Dont Starve review

Don’t Starve. Those two words are not only the title of Klei Entertainment’s PC survival game, but also the only word of advice you’ll get when it comes to staying alive. The game is a quintessential survival game that mixes unforgiving roguelike elements to create a title that gives you the freedom to play it as you want but also ruthlessly punishes you when you die. You’ll enjoy roughing it out in the middle of nowhere, but just remember not to starve–or die, for that matter.

Visually, Don’t Starve resembles a children’s picture book begging to be read. Despite its childlike visage and hand-drawn art style, the game features gothic, Tim Burton undertones in its designs, making the world feel mysterious and dangerous as you’re out exploring. You’ll encounter strange monsters like one-eyed birds, humanoid pigs, and anthropomorphic trees that remind you to always be on guard. Its eerie, calming soundtrack also complements the feeling of being alone in a world where anything can kill you at a moment’s notice.

“Despite its childlike visage and hand-drawn art style, the game features gothic, Tim Burton undertones…”

Lacking any real story or specific goal, the game drops your character onto a randomly generated world and gives you the task of keeping him alive. You will need to use your environment to collect resources like rocks and twigs that let you make tools and items necessary for survival. You’ll create animal traps to catch prey, weapons and spells to fend against rabid beasts, and structures that give you protection during the cold wintry nights. Plus, you can even set up your own farm and plant crops to hold you over when meat becomes scarce. Its sandbox-oriented features give you the freedom to do what you want and make the game feel like a very personal experience.

Despite its relaxing aspects, Don’t Starve is mainly a game of urgency and survival where you need to manage your time and resources in order to live. The game doesn’t tell you what you should do nor does it provide any instructions or tutorials, and so you will need to figure things out on your own. Making it through even just your first couple of days can be difficult, but the game rewards curiosity and creates an experimental environment where you’ll often die a few times learning how things work. Not only are you teaching yourself how to play, but you’re doing it without anyone’s help–and that is a good feeling.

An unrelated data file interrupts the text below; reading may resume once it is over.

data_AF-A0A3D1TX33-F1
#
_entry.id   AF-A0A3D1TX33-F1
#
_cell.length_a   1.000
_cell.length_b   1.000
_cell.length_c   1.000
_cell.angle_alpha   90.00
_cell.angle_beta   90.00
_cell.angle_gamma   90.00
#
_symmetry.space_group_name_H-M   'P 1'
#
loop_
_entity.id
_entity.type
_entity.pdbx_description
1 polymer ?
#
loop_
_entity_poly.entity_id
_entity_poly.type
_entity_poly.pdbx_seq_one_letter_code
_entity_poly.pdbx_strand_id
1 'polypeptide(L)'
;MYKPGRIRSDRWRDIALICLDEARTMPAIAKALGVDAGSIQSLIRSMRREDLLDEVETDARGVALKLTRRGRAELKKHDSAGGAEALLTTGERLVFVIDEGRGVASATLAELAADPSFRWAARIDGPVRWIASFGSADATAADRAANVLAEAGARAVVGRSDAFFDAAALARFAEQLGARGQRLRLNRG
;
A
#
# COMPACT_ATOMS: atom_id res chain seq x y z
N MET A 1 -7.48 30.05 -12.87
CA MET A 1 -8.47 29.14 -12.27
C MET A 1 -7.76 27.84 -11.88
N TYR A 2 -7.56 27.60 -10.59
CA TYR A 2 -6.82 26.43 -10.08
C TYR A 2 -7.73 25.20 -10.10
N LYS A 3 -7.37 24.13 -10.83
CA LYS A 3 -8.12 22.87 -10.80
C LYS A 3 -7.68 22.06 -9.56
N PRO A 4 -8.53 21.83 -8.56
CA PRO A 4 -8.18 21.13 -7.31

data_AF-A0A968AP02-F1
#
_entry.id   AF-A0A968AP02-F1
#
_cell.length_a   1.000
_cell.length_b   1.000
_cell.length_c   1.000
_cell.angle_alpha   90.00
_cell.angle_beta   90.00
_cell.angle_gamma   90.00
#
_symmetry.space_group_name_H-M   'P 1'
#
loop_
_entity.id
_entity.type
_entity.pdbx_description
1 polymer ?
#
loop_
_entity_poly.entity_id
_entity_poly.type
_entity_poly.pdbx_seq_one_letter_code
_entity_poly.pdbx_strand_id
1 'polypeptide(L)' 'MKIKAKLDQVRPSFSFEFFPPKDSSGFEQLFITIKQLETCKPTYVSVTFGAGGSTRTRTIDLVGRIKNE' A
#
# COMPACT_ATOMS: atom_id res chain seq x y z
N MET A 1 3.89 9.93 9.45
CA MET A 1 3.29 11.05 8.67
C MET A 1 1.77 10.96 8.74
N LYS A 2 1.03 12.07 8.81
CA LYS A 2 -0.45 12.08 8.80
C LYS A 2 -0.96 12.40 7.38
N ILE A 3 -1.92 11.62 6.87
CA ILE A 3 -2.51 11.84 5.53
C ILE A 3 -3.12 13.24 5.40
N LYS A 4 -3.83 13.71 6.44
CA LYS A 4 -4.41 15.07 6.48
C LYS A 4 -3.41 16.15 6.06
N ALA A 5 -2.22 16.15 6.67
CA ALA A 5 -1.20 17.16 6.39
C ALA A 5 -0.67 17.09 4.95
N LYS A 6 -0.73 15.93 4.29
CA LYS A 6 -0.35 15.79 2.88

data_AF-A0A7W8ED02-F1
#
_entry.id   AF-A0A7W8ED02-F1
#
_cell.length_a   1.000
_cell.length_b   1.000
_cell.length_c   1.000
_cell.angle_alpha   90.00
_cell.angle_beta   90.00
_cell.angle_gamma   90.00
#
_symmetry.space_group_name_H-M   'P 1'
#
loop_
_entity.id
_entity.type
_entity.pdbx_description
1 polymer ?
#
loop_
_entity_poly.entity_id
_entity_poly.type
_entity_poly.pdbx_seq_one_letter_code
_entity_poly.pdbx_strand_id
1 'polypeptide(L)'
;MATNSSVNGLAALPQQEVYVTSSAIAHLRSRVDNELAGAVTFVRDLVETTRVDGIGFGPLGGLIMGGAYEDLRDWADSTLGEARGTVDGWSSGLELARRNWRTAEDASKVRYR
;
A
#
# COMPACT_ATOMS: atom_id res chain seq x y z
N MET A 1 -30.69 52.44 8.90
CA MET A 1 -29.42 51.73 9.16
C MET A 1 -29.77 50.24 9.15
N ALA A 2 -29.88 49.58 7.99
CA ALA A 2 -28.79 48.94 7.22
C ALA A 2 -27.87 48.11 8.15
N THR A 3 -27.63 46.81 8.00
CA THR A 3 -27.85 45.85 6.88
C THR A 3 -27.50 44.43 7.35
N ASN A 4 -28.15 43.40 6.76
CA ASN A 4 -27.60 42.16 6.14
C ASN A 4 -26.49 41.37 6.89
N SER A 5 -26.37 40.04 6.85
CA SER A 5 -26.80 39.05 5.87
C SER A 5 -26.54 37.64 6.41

“Making it through even just your first couple of days can be difficult…”

As with most roguelike games, once you die you are forced to start from scratch and your next world is randomly generated. This helps each game session feel a bit different from the previous one as maps come with their own unique set of creatures, supplies, and resources forcing you to create new tools or juggle your supply count differently than before. Your progress may have been lost, but you at least gain some knowledge of how things work and can use those skills to better your next playthrough, making each day you manage to survive through feel even more rewarding.

Each time you die, you also get experience points depending on how many days you managed to survive, and these are used to unlock additional characters to play as. These characters come with a few added abilities like fire immunity or extra health, so they slightly affect how you play without changing much of the gameplay. Some characters you unlock can actually make surviving even more challenging. You can also change the game’s settings and customize your world to your liking, decreasing or increasing the amount of resources in your map or altering the passing of time and seasons. The game still won’t hold your hand, but you can at least make it easier and more accessible to play, especially if it’s your first foray into the genre.

Sandbox mode doesn’t contain an ending, so you can survive for as long as you want just as long as you don’t mind the game’s repetitive nature, especially if you’ve had to die a dozen times to get to where you are. One quick lightning bolt to the head can easily end your months of survival, so the game isn’t without its frustrating moments. You have plenty of things to craft and a branching system of tools, spells, and even armor to make as well, but its monotonous nature can start to get dull after a while.

“If you’re looking for a roguelike game filled with charm and challenge, be sure not to miss Don’t Starve.”

To give the game more structure and give you some goals to aim for, Don’t Starve also includes an Adventure mode that offers challenge maps to complete. You still need to make sure you don’t starve, but the game revs up the difficulty even more by throwing hardships like low resources, permanent winter, and even darkness for you to overcome. Whereas before your main concern was eating, these challenges focus on time management and how well you can exercise the survival skills you’ve learned up to that point. The maps are tough and cruel at times, but that’s what makes clearing them so gratifying.

Don’t Starve starts off slow and punishing and continues to get even harder as you play. Its merciless difficulty coupled with its monotonous gameplay can leave some players feeling frustrated and bored. Those who enjoy a good challenge, however, will relish in the satisfaction they’ll get when they manage to outlive their previous record or clear the game’s evil Adventure mode. It may not be for everyone, but if you’re looking for a roguelike game filled with charm and challenge, be sure not to miss Don’t Starve.

Just grabbed Don’t Starve for your PS4? Check out our survival guide (opens in new tab).

About Fox

Check Also

The Witcher 3 on Nintendo Switch review: “How much are you willing to compromise?”

Even with the leaks and rumours that led up to the official announcement, many people …

Leave a Reply